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Kebs warns condemned oil being sold

Tuesday, March 5th, 2024 05:50 | By
Edible Oil. PHOTO/Print

Edible oil at the centre of importation storm last year and declared unfit for human consumption by the Kenya Bureau of Standards (Kebs), is now being sold to manufacturers.

Kenya National Trading Corporation (KNTC) officials told a parliamentary committee that the oil was being sold to manufacturers in the country. 

The oil whose quality was queried, was only fit for the production of animal feeds, not for human consumption, according to findings by Kebs.

The State agency later disowned its own report indicating that the consignment was unfit for human consumption clarifying that it met all the health and safety parameters in tests conducted by the agency.

Level parameters

Kebs said the oil was only flagged for failing to meet Vitamin A level parameters, adding: “This is not a health and safety parameter.”

But when he appeared before the Trade, Industry and Cooperatives Committee of the National Assembly, KNTC Acting Managing Director Peter Njoroge told members the agency had discarded the report done by Kebs.

Following the stalemate, the committee directed that fresh tests be carried out by and independent organization.

Committee chairperson James Gakuya told People Daily yesterday the committee settled on the Kenyatta University Laboratory to carry out the tests.

“We opted for the KU laboratories which we thought would not be compromised going by their history in such exercises in the past,” said Gakuya.

He continued, “The findings should be ready by now, the committee will make the findings public as we promised.”

The cooking oil, which was imported from Malaysia ostensibly to address a shortage that had sparked a sharp increase in retail prices, lacked many ingredients to be suitable for human consumption, according to Kebs, which subjected the cargo to Kenya Standardisation Specification for Fortified Edible Oils and Fats.

Cooking oil can be added just like soybean oil or corn oil to rations for added fat and dust control to feed cattle. Pig feed also contains 10 per cent sunflower meal, which has oil.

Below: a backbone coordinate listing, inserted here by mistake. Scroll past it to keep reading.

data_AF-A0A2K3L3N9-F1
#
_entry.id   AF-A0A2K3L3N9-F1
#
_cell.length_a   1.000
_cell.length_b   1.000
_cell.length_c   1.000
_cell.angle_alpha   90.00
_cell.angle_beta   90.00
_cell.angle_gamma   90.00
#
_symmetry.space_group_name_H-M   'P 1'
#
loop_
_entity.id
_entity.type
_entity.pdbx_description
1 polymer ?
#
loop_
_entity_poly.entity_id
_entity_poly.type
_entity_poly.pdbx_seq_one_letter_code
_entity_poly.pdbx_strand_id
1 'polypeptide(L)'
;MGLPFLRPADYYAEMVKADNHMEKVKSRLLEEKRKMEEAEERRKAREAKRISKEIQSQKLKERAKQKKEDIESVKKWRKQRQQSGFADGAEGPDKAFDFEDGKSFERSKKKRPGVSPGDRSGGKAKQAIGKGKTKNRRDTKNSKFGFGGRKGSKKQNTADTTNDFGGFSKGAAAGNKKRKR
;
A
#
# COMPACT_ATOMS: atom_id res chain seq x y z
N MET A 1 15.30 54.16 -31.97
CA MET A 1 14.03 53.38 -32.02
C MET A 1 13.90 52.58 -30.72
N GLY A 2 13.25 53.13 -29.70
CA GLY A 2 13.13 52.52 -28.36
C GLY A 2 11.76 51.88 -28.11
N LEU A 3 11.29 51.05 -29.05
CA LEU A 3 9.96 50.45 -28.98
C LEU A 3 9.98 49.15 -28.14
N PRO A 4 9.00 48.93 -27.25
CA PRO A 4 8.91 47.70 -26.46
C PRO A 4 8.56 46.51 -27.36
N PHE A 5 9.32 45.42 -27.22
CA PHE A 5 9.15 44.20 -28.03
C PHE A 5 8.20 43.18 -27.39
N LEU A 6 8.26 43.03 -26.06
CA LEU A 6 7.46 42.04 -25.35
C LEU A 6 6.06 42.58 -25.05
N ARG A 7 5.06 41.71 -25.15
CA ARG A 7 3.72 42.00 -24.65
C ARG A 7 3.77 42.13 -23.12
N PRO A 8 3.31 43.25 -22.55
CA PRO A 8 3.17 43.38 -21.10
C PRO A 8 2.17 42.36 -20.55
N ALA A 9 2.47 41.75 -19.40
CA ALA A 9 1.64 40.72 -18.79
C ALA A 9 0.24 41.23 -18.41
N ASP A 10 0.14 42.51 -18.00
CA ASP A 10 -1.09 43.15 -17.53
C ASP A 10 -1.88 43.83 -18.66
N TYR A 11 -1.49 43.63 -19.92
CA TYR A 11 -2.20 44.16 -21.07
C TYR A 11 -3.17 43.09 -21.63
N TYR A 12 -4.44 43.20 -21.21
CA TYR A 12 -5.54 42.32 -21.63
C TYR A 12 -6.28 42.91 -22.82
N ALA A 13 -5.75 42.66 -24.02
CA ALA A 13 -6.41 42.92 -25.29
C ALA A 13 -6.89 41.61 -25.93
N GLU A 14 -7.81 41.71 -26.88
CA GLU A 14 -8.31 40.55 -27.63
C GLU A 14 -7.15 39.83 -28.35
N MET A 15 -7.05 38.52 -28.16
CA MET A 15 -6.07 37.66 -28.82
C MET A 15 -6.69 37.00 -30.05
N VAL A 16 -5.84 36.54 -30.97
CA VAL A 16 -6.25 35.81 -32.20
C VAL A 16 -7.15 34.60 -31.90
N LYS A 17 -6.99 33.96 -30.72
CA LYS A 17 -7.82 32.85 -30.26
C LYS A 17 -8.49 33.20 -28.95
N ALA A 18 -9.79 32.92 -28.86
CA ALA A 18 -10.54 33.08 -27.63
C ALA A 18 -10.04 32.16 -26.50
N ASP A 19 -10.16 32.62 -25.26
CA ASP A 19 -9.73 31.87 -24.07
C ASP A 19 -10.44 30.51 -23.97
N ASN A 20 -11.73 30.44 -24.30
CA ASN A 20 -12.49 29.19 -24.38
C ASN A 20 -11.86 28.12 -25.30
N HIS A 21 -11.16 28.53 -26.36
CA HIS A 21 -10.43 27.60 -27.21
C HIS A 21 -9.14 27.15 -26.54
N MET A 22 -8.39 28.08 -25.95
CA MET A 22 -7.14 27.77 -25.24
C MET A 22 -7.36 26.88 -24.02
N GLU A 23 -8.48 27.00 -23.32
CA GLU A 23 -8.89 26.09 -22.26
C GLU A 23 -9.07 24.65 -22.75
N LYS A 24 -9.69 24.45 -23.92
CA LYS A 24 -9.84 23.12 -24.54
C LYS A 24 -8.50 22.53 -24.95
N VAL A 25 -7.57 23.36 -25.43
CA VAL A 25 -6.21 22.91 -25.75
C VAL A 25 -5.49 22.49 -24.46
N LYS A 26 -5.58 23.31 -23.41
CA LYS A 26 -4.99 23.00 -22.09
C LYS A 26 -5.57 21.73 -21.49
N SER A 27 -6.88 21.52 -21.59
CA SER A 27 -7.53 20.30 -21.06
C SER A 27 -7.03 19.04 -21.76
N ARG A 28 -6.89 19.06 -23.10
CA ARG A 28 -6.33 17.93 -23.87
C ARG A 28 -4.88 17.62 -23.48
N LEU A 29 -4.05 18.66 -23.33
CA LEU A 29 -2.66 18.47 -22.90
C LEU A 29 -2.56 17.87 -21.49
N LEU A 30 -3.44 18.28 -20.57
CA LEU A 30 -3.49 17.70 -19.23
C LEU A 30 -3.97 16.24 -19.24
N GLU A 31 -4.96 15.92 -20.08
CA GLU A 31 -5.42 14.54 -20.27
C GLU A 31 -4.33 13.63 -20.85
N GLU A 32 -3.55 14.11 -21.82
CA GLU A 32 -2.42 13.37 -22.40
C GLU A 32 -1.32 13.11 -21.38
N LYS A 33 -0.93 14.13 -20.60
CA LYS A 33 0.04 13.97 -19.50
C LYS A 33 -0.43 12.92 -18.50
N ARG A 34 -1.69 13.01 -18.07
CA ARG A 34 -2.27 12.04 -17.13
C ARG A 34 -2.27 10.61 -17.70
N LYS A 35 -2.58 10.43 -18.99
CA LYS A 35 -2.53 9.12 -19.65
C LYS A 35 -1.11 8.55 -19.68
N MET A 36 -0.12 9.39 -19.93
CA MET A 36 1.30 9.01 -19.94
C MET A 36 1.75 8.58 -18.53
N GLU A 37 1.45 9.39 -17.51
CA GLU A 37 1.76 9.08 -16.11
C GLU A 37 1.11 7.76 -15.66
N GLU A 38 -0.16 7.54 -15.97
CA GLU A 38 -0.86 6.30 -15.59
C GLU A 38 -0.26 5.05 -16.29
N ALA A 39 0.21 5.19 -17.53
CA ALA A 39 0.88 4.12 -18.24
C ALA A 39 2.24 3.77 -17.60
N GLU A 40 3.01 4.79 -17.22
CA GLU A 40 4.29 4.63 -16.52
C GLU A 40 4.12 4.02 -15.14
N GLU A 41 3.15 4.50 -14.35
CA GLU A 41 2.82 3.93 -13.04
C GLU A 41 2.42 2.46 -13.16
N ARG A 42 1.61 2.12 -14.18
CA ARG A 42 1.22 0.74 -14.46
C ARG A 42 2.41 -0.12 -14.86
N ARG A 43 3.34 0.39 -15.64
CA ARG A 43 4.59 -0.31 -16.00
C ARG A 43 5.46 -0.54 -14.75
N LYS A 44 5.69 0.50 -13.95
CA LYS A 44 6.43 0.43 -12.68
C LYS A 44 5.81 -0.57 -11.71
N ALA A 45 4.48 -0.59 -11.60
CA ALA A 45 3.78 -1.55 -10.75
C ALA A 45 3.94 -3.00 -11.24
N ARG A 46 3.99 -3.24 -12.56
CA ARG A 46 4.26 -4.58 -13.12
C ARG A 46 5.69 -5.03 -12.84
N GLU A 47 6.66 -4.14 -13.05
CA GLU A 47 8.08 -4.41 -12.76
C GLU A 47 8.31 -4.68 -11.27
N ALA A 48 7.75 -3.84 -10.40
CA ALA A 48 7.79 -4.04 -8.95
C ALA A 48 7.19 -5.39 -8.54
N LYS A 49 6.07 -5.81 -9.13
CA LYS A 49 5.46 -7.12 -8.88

Required specifications

The Kebs stated that the batch imported from Malaysia did not conform to the required specifications of Vitamin A and insoluble impurities, hence raising questions about its quality and suitability for human consumption.

“For fat content, the oils were far above the required amount by 0.47 per cent by mass — containing 99.97 instead of the mandatory 99.5,” states the report.

 In terms of the acidity content, potassium hydroxide in milligrams was 0.12 as opposed to 0.6. The oil contained only 5.42 of peroxide per kilogramme of oil, as opposed to the mandatory 10 required for oxidation. Its moisture was of extremely high volumes. The agency further established that the oil contained 0.04 of insoluble impurities while the required standard is 0.05.

“Going by these findings it was easy to conclude that the oils were only fit for animals,” said a source at the standards agency.

Following the findings, Kebs wrote to the corporation notifying that the consignments had been condemned.

The suppliers were thus asked to ship the consignment back to the point of origin within 30 days from September 5, the date when the letter was signed.

“Failure to comply with the orders will cause the products to be destroyed at the importer’s cost,” warns the letter.

Attempts by senators to inspect the consignment have been blocked by KNTC officials who have on two occasions refused to open the warehouses.

President William Ruto reportedly ordered investigations after realising that the prices he had helped to negotiate with the manufacturer were inflated by at least seven dollars per litre.

The Directorate of Criminal Investigation (DCI) took over the matter only to be stopped after a week when it was taken over by the Ethics and Anti-Corruption Commission.

The Cabinet had approved a framework to position KNTC as the anchor of State initiatives to create a price stabiliser for essential household food items.

KNTC was expected to leverage on its infrastructure and capacity to stabilise price swings of essential items in public interest.

However, KNTC single-sourced the companies contracted to import the 125,000 metric tonnes of edible oil and set higher prices as opposed to what had been agreed on initially during the negotiation stage.

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